Nick Peay

cassette

Ready, Cassette, Go!

I’ll never forget my first cassette player. It was a giant red thing, with a belt clip and cheap headphones. I took it with me almost everywhere. That and a stack of tapes.

My Grandmother used to make me mixed tapes from my Dad’s old records. I’m sure she put lots of songs on there, but the ones that I remember most that were always on her mixed tapes were “Sweet Caroline,” “Smoke on the Water,” and “Strawberry Fields Forever.” My Dad was a huge Beatles fan, so there was always lots of their songs on them.

Dad gave me some old tapes of albums he’d recorded from the radio. He never could remember which station, but every Sunday night they’d play an entire record with no breaks from start to finish. He’d sit with his stereo and record the whole thing on tape. The cassette albums I listened to most were Toto’s first album, Toto, The Eagles’ In The Long Run, and The Beatles’ Magical Mystery Tour.

I always got new tapes for Christmas. The Byrds, Toto, The Hollies and lots of other great records from other great bands, presumably that “Santa” new I’d like. I had a pretty good collection of tapes after a while. And with what little disposable income I had, I bought more tapes.

I could listen to music whenever, where ever I wanted. And it was awesome.

And Then There Were Three

The first real band I was in was called “A Few Good Men.” There were three of us, we all played acoustic guitar and sand and we were like 15, so no judging. I had started writing songs around that time along with the other guys and we decided we were going to make a record.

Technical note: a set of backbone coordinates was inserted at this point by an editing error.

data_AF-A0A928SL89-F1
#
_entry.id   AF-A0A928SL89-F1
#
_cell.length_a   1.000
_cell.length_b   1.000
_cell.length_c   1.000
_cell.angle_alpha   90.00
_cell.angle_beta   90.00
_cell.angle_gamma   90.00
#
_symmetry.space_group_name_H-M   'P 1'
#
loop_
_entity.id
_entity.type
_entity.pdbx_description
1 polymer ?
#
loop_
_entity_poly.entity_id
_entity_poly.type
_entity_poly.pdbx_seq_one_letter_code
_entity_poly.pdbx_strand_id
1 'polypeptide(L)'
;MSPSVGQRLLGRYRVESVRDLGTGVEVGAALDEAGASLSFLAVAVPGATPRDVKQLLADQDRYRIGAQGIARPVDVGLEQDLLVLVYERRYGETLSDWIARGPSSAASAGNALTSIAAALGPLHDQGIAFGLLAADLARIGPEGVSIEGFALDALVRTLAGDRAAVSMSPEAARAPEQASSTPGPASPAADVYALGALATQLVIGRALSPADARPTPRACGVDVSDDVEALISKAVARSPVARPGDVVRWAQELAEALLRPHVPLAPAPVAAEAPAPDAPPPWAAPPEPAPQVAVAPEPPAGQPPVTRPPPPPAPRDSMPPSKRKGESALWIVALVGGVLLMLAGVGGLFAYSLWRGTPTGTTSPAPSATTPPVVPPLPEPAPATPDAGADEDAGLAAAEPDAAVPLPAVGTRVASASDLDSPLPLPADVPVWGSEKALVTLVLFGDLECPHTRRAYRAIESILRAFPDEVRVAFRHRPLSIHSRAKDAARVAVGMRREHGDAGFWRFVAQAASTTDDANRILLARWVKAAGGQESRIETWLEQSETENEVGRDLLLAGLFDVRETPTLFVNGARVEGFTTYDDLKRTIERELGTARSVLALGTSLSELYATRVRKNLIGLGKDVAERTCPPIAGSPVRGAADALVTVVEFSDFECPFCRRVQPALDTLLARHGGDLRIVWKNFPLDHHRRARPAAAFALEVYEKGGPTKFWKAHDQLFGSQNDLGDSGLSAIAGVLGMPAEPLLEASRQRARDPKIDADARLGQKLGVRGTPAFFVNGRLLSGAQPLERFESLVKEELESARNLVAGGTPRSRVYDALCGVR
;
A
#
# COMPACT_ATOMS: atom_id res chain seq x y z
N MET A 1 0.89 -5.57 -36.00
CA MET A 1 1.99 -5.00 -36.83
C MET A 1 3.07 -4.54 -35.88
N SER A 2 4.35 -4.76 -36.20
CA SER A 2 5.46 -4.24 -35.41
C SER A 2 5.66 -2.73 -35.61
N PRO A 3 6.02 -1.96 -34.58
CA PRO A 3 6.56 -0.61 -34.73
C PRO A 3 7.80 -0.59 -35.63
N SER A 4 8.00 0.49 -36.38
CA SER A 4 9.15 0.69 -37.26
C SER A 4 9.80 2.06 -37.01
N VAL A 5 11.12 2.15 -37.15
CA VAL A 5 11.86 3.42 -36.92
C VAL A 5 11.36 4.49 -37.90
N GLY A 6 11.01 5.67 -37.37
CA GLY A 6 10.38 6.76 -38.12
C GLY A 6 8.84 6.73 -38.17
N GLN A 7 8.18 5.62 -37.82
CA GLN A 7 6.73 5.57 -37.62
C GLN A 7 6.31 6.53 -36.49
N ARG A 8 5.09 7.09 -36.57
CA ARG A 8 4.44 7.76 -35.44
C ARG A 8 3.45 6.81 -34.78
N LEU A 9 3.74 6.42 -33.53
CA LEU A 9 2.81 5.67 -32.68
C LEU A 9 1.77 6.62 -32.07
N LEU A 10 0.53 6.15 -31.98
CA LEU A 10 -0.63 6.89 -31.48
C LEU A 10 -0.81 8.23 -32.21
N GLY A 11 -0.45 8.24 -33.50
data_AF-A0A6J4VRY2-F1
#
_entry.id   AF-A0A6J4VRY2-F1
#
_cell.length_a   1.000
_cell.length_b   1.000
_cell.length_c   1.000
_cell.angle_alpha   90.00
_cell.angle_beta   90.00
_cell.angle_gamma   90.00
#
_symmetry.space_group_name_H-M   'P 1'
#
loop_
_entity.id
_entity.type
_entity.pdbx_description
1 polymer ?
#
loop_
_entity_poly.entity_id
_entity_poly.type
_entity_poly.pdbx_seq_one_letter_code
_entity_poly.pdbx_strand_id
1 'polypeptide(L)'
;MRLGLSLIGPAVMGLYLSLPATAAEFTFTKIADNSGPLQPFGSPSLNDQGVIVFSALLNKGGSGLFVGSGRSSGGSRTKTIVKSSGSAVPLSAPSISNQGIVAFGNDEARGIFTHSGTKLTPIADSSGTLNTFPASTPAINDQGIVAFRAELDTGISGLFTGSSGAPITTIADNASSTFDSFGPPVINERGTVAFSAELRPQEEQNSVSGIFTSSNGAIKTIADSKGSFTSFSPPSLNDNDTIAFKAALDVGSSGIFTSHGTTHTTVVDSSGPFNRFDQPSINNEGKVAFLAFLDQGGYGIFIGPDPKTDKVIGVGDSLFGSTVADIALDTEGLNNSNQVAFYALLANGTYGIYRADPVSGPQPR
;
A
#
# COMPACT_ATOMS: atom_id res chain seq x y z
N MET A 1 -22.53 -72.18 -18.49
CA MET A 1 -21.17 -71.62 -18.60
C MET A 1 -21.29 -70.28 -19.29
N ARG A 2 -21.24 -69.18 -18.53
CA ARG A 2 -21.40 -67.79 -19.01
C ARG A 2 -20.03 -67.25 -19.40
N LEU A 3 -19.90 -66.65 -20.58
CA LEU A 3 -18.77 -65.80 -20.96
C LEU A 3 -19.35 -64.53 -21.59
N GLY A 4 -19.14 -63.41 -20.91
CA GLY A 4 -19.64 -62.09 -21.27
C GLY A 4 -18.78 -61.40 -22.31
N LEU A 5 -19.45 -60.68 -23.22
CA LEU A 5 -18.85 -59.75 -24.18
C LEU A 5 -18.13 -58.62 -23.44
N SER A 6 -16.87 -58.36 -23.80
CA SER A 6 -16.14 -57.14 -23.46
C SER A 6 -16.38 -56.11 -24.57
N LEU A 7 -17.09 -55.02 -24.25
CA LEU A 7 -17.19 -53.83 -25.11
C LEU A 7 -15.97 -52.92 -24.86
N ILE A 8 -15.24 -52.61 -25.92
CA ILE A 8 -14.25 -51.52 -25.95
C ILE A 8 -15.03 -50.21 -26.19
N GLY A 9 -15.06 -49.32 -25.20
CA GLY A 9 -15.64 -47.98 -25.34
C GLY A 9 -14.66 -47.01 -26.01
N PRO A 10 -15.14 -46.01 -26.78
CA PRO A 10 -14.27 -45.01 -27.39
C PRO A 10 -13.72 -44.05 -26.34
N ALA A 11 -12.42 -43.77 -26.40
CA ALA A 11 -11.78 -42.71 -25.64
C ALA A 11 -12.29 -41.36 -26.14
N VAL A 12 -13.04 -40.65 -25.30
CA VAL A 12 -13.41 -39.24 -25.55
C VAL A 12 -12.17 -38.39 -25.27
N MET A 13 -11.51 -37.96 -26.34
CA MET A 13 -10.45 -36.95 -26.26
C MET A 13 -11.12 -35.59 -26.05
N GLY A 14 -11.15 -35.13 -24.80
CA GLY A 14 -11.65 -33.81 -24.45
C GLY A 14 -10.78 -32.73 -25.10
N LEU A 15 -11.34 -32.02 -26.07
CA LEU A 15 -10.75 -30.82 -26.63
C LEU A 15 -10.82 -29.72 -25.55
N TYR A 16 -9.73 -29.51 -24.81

We went to a studio, recorded all the tracks, mixed, mastered and had a 6-song EP ready to go. The decision was made to release it on cassette. We did a photo shoot, wrote some liner notes, some “thank you’s” and had our brand new cassette manufactured.

I’m sure we sold some copies, and people still remind me occasionally that they still have their copy. But we ended up with a whole bunch left, and with CDs becoming the new format, there wasn’t much we could do with the leftovers. Actually, my family was moving in the 2001 or 2002 an we had a yardsale and I just randomly set up a table with the tapes on it, just in case. Some guy offered me $20 for the whole box! He said he was going to rig them so he could record on them…

The Times, They Are A’Changing

It’s probably been 20 years since I recorded that cassette (although I did some analogue recording in college to tape), and the industry standard for music delivery has changed vastly since. Mostly into digital, which along with new portable technology allows you to take a huge amount of music with you, although with some lack in quality.

I had been hearing over the past few years about record labels and artists beginning to release music on cassettes again. It seemed gimmicky at first and I didn’t give it much thought. But then my friend Mark Kramer, of Tender Mercy came and did my Live From Your Living Room show around the release of his new album, “Sacred Sphinx,” which was being released on cassette tape.

There’s been an awful lot of talk lately about cassettes making a comeback. What started as a trendy, gimmicky marketing ploy has now begun to catch on. I read this article about a tape manufacturer who has actually been growing in sales since about 2009. They say they were “stubborn enough to believe that digital sound is great — it’s clear and crisp and sharp — but it’s not natural.”

With the resurgence of vinyl, and now cassettes, I think we’re going to be having lots of discussions about quality of music versus quantity. Well, at least I hope.